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19196Re: [rest-discuss] RESTful order-status API (was: URI design, part 2)

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  • Eric J. Bowman
    Nov 30, 2012
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      Will Hartung wrote:
      > >
      > > The downside of being
      > > an additional round-trip is mitigated by using compression such
      > > that the /status 200 OK response fits in one IP packet.
      > >
      > Unless your in a mobile environment where latency mutders you and
      > compression is a secondary benefit.

      Right, YMMV with compression, but the main point is that the bulk of
      the order is static data and therefore may be made highly persistent in
      the client cache (cache-control: private), _that_ is how both round
      trips and the transfer of a significant amount of bytes may be avoided,
      even without optionally compressing certain traffic into one IP packet.
      Architecture vs. implementation. That being said...

      I don't understand why compression is bad for latency, though. I cache
      compressed data, and unzip it on the fly, so the expensive zip operation
      is only done once by the server each time the resource is updated. Which
      means the only user who experiences zip latency, is the user who updates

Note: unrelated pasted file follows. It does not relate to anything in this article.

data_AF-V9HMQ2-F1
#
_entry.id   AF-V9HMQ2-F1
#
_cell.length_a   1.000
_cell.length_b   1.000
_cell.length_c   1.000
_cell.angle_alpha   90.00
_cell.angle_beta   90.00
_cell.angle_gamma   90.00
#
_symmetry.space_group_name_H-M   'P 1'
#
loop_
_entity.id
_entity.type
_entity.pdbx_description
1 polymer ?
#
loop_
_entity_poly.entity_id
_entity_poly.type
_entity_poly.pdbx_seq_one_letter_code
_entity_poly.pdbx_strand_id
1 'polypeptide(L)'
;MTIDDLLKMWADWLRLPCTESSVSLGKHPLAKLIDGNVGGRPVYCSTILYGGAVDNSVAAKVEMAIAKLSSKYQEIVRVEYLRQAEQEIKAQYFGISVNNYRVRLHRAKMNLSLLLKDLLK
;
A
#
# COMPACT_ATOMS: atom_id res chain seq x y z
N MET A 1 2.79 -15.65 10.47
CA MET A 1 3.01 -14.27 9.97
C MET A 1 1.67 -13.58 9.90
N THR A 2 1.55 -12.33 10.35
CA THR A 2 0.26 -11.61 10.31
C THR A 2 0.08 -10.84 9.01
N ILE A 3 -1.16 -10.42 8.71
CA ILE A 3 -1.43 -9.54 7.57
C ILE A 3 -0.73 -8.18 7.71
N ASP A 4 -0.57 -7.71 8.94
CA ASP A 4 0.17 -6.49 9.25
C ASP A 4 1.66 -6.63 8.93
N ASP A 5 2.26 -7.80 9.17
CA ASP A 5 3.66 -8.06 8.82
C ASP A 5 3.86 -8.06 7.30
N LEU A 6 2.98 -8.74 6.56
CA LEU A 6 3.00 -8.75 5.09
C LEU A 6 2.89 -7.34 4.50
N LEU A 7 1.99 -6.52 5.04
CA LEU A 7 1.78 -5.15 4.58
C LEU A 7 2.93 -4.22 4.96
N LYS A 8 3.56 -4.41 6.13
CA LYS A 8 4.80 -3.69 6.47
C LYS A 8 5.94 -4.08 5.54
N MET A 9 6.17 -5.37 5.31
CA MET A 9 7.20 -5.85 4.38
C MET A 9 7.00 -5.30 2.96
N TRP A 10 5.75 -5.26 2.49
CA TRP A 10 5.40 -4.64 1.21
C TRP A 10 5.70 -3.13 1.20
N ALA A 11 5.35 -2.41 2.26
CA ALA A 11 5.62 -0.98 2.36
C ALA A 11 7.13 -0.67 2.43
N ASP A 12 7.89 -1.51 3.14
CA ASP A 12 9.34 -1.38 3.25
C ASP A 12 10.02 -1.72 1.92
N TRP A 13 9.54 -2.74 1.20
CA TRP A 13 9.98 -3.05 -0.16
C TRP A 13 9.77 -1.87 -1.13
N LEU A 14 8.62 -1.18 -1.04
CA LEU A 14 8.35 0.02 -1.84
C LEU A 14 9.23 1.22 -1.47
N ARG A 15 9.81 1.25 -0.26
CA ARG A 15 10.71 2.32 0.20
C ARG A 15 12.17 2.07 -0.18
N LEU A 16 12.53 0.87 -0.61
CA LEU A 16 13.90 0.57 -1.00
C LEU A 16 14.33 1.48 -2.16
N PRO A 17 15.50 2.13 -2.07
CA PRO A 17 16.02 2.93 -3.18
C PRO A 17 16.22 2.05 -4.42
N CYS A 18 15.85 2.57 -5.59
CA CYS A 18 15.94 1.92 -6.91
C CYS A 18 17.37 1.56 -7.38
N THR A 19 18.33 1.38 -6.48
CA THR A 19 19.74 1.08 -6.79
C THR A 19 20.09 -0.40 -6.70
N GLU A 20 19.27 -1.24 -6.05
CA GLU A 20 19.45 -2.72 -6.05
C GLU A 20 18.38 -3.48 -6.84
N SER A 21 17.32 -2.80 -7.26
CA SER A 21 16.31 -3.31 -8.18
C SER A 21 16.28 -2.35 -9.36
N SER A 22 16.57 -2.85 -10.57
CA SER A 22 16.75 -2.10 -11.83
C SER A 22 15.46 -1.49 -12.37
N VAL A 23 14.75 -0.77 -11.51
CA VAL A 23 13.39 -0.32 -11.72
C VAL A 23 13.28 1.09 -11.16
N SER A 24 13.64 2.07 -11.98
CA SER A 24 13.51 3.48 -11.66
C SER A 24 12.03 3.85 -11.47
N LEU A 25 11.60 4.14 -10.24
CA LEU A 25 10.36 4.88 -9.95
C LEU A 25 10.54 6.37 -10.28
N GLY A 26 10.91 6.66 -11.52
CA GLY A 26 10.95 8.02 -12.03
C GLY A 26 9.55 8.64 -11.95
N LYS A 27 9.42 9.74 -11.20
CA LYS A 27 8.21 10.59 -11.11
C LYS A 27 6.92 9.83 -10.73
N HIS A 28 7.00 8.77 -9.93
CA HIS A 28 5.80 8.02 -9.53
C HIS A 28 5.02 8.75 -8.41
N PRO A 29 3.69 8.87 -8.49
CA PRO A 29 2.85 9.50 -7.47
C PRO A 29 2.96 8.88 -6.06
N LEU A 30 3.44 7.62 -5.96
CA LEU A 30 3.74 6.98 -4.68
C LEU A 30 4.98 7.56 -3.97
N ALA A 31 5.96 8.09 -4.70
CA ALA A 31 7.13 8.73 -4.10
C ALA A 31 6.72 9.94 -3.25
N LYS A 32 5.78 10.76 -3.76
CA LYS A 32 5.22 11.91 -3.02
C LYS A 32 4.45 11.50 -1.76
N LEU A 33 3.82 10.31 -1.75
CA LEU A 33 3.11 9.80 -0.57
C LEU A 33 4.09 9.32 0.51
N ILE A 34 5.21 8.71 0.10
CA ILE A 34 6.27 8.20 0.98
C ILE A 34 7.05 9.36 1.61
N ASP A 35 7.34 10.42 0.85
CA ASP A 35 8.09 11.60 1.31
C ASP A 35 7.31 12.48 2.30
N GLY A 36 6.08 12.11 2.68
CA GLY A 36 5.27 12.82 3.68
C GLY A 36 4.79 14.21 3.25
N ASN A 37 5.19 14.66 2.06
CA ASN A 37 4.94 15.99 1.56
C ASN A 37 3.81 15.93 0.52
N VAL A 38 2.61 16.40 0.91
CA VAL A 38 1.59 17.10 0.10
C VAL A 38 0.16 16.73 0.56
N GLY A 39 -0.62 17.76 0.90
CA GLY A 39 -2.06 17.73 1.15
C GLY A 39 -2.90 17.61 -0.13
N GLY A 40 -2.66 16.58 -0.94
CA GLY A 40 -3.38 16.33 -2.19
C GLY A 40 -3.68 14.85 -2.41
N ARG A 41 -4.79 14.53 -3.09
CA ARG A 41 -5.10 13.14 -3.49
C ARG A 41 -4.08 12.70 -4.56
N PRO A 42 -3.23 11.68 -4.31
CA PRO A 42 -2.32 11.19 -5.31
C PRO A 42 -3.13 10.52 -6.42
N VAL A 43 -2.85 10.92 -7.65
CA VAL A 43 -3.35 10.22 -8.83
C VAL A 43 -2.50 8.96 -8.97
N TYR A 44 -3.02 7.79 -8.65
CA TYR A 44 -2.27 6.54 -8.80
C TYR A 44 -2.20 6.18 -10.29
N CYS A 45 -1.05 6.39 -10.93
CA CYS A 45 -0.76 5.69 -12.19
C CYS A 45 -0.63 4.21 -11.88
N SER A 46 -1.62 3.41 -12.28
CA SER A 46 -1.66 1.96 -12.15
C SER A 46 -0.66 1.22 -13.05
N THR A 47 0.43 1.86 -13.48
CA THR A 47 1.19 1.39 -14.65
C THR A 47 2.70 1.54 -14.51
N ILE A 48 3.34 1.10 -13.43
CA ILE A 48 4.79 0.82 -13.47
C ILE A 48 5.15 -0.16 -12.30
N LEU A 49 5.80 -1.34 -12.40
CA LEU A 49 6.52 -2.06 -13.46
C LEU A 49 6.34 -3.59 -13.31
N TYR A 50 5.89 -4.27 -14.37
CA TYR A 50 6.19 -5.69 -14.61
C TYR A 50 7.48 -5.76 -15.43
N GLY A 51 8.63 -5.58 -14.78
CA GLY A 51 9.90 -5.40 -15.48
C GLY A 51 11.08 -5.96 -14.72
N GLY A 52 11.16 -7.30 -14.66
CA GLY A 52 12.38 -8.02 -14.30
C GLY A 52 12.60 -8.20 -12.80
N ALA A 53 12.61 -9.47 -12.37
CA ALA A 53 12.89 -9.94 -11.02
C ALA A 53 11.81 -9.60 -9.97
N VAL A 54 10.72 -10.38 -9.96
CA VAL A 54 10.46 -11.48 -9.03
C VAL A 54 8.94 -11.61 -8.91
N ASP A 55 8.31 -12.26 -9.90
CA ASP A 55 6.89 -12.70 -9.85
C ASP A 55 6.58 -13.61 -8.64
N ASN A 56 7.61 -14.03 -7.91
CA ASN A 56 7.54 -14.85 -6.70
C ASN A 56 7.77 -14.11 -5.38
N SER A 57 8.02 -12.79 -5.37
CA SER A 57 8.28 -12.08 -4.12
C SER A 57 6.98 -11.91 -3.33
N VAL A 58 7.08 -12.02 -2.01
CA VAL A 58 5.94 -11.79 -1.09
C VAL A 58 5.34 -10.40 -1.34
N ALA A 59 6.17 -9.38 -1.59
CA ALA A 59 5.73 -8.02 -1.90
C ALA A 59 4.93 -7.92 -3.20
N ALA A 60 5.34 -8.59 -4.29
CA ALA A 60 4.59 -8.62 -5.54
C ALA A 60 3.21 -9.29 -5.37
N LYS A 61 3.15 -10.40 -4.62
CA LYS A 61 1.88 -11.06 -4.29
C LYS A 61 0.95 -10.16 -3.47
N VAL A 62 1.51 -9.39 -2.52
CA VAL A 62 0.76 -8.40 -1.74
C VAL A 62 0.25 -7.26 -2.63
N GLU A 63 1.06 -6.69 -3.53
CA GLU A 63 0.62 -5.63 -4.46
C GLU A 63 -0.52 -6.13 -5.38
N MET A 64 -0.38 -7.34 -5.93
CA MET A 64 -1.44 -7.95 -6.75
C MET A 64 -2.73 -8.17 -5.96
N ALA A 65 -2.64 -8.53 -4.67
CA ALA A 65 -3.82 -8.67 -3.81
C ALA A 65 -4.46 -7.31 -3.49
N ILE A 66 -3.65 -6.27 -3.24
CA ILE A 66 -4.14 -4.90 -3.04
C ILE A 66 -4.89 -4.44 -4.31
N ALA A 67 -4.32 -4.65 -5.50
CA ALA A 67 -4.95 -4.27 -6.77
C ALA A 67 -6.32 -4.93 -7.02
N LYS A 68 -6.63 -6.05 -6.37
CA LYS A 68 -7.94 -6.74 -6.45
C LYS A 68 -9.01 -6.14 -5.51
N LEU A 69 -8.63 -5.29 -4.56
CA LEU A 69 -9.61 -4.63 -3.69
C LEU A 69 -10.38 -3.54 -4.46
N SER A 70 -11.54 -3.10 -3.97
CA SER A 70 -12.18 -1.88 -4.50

the resource -- but does another second (if that) get perceived by the
      user on PUT/POST/PATCH operations, and is there any real benefit to
      optimizing these operations when GET is only like a billion times more
      common a request method? I think not.

      Are mobile clients still so underpowered that their zip/unzip latency
      exceeds the transfer gains? Especially if we're talking about
      manipulating resources and updating representations using one single-
      packet-each-way round trip, double especially if we're talking about
      users who are, you know, *mobile*. If the client is moving from one
      access point to another, caching the bulk of the data on the client and
      using single-packet messaging is guaranteed to avoid the huge latency
      hit of changing IP address/routing while manipulating a resource, which
      seems to me like a huge gain in user-perceived performance.

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